What can I do?
TV and radio programs
You will need to start by making a complaint directly to the TV/radio station within 30 days of the program being aired. If you don’t hear back from them within 60 days, or you believe their response is inadequate, you can then escalate your complaint to the Australian Communications & Media Authority (ACMA), being sure to include your complaint to the station.
The Australian Press Council (APC) accepts complaints about news reports, opinion pieces, cartoons, and other print media except advertising, within 30 days of the first publication of the piece.
Take your case to a federal or state court
Any matter related to racism can be reported to the Australian Human Rights Commission (AHRC) or other state anti-discrimination bodies. You can click here for more information about how to make a complaint to the AHCR or to a state body.
After you have done that, in some cases it might be possible for you to take your case to court. As court procedures can be complicated and vary greatly from state to state, we recommend that if you wish to seek redress through the court system, you first seek advice from your nearest Community Legal Centre and/or Legal Aid to get further assistance on how and to whom you should make a complaint.
Before making the decision to start a court procedure, it is important to keep in mind that these procedures can be quite costly and lengthy. If this does not seem to be the best option for you, there are alternative dispute resolution methods available at anytime.
Go to the police
In some cases, a racially discriminatory act will constitute a crime and can be reported to the police. Which acts constitute a crime will vary depending on the state or territory you are in. If you wish to go to the police, we advise that you consult with a lawyer or your local police station first.
Make a complaint to the Islamophobia Register
In addition to the above legal and institutional reporting options, if the incident was Islamophobic you might also consider sending a complaint to the Islamophobia Register. Making a report to the Islamophobia Register ensures that incidents of Islamophobia and Anti-Muslim sentiments are securely recorded and analysed to build a body of knowledge about Islamophobia in Australia.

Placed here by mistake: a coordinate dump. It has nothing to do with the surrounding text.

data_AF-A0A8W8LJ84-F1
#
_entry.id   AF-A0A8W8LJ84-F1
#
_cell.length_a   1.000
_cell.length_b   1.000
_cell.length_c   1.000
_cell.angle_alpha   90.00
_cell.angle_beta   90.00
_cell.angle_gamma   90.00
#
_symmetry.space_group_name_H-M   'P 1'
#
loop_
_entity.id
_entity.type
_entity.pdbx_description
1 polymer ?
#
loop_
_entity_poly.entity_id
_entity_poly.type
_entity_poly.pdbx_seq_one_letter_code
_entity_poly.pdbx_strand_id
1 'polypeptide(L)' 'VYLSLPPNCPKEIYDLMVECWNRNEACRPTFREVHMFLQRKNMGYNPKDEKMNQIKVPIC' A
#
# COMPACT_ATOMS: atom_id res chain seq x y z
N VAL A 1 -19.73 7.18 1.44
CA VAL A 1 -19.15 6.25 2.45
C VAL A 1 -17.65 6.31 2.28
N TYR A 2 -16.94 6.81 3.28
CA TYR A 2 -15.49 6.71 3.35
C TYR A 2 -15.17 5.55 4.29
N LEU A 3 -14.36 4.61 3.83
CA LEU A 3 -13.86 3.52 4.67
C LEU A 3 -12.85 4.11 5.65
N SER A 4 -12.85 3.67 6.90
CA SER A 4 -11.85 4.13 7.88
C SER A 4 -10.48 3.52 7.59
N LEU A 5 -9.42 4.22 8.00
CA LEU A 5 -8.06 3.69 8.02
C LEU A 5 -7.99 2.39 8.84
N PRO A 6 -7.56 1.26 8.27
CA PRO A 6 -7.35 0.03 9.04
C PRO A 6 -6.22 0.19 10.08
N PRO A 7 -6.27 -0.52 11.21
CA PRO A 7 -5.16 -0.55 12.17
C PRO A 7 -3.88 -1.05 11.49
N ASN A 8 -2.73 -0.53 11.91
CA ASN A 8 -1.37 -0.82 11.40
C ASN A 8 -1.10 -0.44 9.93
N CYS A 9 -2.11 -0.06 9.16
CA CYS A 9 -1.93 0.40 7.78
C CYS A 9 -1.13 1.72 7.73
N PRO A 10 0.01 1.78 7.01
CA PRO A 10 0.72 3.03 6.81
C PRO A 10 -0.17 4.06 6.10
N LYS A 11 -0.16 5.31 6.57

In December 2017, All Together Now published the “Who Watches the Media?” report, which analysed how race is portrayed in Australian opinion media. To prepare the report, All Together Now worked with the University of Technology Sydney (UTS) to monitor and collect data published by Australia’s four most read online newspapers (The Australian, Daily Telegraph, Sydney Morning Herald, Herald Sun), and the four most watched TV current affairs programs (A Current Affair, The Project, 60 Minutes, 7:30).
In total, 62 out of 124 race-based opinion reports collected during the six-month sample period express racist views through their title, content, a picture, and/or tone of voice. This is very concerning as previous research demonstrates that the language the media uses to describe racial backgrounds, and the portrayals the media uses to depict racial backgrounds, impacts on attitudes towards race. Furthermore, a person can be personally discriminated in the media, if he or she is portrayed in a negative way because of his or her ethnicity, race or national/religious background.
As explained by the Race Discrimination Unit of the Australian Human Rights Commission, the Racial Discrimination Act makes it unlawful to insult, humiliate, offend or intimidate another person or group in public on the basis of their race. As the media (including the internet) is one means by which words, sounds, images and writing are communicated to the public, the legislation clearly applies to this medium.
To protect freedom of expression, however, the legislation sets out certain circumstances in which the prohibition will not apply, as long as the person or media service has acted reasonably and in good faith. First, if the communication is part of an artistic work it is not unlawful. Another exception are academic and scientific works and debates or comments on matters of public interest. The media are a third exception to allow fair and accurate reporting on any matter of public interest. This last exception enables the media to report on public issues, such as racial incitement or racially offensive conduct. It also allows for editorial opinions and social commentary, as long as they are published in good faith.